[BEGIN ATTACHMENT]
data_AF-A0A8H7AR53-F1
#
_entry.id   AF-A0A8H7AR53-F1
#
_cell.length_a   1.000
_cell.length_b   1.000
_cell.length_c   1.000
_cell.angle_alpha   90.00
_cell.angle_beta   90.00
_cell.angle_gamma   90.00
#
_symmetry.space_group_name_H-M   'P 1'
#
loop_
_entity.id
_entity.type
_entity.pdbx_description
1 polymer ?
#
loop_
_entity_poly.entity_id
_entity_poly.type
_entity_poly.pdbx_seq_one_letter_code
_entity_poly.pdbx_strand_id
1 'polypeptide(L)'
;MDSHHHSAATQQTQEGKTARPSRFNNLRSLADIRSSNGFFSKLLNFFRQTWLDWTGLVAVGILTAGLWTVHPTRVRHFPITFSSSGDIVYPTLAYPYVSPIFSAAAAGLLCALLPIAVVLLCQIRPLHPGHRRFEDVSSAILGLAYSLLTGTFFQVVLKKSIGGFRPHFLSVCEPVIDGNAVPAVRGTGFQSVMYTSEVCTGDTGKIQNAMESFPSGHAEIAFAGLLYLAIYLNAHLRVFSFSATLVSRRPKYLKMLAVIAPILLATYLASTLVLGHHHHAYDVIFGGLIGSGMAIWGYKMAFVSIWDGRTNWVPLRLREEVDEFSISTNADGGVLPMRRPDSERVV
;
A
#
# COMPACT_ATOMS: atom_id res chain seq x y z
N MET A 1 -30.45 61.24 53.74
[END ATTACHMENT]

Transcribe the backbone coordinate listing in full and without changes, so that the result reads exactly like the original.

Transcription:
data_AF-A0A8H7AR53-F1
#
_entry.id   AF-A0A8H7AR53-F1
#
_cell.length_a   1.000
_cell.length_b   1.000
_cell.length_c   1.000
_cell.angle_alpha   90.00
_cell.angle_beta   90.00
_cell.angle_gamma   90.00
#
_symmetry.space_group_name_H-M   'P 1'
#
loop_
_entity.id
_entity.type
_entity.pdbx_description
1 polymer ?
#
loop_
_entity_poly.entity_id
_entity_poly.type
_entity_poly.pdbx_seq_one_letter_code
_entity_poly.pdbx_strand_id
1 'polypeptide(L)'
;MDSHHHSAATQQTQEGKTARPSRFNNLRSLADIRSSNGFFSKLLNFFRQTWLDWTGLVAVGILTAGLWTVHPTRVRHFPITFSSSGDIVYPTLAYPYVSPIFSAAAAGLLCALLPIAVVLLCQIRPLHPGHRRFEDVSSAILGLAYSLLTGTFFQVVLKKSIGGFRPHFLSVCEPVIDGNAVPAVRGTGFQSVMYTSEVCTGDTGKIQNAMESFPSGHAEIAFAGLLYLAIYLNAHLRVFSFSATLVSRRPKYLKMLAVIAPILLATYLASTLVLGHHHHAYDVIFGGLIGSGMAIWGYKMAFVSIWDGRTNWVPLRLREEVDEFSISTNADGGVLPMRRPDSERVV
;
A
#
# COMPACT_ATOMS: atom_id res chain seq x y z
N MET A 1 -30.45 61.24 53.74